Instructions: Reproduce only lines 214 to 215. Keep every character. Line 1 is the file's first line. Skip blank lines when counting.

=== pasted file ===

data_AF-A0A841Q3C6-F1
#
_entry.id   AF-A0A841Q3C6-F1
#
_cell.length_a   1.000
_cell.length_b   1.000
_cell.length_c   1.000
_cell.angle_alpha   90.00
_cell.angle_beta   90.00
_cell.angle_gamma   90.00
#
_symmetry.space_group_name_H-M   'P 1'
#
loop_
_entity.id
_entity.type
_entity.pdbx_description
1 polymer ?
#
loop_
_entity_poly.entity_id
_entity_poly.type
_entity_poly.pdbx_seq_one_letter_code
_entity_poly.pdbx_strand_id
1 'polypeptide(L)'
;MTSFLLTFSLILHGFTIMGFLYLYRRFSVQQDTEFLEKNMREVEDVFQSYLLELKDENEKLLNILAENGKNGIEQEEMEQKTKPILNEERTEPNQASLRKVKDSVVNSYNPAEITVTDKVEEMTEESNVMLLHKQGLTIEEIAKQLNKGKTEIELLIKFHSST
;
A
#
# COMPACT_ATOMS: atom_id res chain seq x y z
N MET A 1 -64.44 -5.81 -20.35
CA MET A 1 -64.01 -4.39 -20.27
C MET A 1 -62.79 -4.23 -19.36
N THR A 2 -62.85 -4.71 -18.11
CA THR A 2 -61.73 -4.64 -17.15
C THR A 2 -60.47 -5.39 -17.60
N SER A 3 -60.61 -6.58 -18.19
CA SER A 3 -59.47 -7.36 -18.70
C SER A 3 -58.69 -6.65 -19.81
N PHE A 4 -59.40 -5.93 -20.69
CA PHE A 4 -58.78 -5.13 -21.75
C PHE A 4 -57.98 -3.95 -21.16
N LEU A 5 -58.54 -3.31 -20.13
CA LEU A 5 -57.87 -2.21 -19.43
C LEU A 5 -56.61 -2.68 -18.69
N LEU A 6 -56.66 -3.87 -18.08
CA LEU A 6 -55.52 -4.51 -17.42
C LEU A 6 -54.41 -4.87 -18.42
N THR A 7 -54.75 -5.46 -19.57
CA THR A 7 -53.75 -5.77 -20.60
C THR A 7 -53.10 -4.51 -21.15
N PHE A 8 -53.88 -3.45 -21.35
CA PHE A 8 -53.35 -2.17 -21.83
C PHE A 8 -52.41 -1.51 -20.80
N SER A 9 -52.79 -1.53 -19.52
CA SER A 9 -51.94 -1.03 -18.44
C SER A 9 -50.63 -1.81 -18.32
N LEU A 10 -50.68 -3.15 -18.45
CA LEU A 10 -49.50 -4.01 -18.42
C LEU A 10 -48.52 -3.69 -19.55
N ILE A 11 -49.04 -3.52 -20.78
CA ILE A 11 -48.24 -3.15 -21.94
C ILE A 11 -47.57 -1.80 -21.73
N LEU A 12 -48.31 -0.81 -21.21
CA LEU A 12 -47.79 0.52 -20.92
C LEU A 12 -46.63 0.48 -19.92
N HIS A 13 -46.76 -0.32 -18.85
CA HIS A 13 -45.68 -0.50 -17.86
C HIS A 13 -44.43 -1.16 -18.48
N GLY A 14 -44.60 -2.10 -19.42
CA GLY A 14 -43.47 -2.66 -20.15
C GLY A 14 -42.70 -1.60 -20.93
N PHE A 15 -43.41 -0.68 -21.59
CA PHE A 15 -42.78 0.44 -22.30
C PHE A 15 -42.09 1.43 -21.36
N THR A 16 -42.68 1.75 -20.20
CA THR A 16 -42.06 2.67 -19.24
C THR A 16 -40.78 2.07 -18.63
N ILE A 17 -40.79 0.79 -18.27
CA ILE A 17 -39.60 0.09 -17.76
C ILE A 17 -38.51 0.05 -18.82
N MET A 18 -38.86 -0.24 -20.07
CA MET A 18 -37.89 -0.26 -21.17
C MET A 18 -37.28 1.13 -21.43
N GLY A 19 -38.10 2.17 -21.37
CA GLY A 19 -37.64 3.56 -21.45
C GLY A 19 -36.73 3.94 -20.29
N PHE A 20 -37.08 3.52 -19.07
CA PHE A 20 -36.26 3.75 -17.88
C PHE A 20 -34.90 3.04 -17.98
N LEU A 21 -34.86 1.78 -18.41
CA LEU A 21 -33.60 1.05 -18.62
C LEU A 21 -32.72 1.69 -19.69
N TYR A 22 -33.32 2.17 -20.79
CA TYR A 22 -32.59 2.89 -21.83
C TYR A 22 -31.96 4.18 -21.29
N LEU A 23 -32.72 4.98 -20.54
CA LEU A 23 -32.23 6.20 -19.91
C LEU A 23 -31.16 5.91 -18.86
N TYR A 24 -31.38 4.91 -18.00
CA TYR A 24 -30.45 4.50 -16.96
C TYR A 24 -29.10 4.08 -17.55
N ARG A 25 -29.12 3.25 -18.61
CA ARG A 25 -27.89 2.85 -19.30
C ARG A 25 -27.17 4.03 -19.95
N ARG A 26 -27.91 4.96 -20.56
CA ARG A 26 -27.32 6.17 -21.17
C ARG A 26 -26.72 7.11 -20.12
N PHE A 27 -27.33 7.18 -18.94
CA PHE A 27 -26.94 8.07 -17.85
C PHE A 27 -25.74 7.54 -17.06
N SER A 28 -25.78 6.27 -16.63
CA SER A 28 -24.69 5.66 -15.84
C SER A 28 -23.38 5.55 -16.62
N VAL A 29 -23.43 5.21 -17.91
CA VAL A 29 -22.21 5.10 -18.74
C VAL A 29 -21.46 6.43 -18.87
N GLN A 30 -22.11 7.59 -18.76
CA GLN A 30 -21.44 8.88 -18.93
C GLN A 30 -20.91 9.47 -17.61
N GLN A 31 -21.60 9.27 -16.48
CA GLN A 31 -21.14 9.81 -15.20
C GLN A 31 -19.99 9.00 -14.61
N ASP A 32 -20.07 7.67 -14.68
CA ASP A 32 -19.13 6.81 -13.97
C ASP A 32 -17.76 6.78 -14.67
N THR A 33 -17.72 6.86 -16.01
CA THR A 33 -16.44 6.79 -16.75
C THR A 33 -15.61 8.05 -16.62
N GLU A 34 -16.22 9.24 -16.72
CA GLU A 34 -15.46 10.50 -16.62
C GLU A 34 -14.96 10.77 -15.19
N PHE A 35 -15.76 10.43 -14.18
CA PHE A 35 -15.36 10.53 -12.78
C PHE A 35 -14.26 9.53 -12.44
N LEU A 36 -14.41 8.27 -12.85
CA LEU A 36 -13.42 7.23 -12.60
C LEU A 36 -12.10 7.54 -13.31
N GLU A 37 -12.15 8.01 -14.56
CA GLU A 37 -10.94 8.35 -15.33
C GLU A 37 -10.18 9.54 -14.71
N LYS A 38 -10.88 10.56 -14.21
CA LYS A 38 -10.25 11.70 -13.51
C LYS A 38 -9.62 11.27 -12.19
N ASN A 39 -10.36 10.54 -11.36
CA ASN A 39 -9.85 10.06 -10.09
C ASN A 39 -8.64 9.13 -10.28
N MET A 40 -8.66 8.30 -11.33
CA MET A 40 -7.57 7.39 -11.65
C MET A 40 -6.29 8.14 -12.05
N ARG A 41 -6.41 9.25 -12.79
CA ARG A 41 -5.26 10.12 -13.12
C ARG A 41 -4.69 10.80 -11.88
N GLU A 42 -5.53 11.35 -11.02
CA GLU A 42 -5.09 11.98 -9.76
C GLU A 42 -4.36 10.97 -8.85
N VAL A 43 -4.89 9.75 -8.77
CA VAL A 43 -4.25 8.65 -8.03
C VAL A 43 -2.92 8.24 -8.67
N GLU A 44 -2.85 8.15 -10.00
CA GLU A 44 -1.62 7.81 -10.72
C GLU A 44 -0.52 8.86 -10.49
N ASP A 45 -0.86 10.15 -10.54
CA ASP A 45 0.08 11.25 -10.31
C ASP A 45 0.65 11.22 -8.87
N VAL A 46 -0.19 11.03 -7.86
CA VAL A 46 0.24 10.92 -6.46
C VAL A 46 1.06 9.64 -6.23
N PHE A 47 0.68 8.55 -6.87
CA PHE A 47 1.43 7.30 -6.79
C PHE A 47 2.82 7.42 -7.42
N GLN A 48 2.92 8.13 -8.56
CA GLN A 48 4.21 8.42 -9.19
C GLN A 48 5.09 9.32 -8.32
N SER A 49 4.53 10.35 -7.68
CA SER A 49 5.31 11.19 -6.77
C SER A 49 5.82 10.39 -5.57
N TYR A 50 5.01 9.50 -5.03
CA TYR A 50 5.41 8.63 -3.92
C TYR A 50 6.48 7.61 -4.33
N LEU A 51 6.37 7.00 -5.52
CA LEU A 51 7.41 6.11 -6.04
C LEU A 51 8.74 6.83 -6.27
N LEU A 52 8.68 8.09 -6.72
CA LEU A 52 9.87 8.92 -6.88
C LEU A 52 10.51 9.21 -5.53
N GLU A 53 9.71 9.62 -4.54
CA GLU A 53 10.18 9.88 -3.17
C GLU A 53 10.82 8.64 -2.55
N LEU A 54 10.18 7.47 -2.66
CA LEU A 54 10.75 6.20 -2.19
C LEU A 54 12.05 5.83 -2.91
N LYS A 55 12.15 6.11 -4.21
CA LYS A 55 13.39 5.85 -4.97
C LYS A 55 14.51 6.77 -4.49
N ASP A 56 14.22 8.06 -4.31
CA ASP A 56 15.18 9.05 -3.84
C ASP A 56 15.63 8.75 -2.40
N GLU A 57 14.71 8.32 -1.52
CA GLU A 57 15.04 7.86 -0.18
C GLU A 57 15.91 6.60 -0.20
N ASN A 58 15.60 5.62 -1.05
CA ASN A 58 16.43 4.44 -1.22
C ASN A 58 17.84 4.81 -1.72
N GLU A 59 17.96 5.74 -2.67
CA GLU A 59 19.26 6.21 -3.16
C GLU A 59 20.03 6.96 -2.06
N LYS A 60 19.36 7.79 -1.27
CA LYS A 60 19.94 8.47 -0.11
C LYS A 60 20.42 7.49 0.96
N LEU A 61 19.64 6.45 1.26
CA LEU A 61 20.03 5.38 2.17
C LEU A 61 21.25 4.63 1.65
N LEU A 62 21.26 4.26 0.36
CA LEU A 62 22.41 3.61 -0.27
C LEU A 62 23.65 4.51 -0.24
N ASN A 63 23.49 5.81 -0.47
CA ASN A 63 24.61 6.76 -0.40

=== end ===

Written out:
N LEU A 62 21.26 4.26 0.36
CA LEU A 62 22.41 3.61 -0.27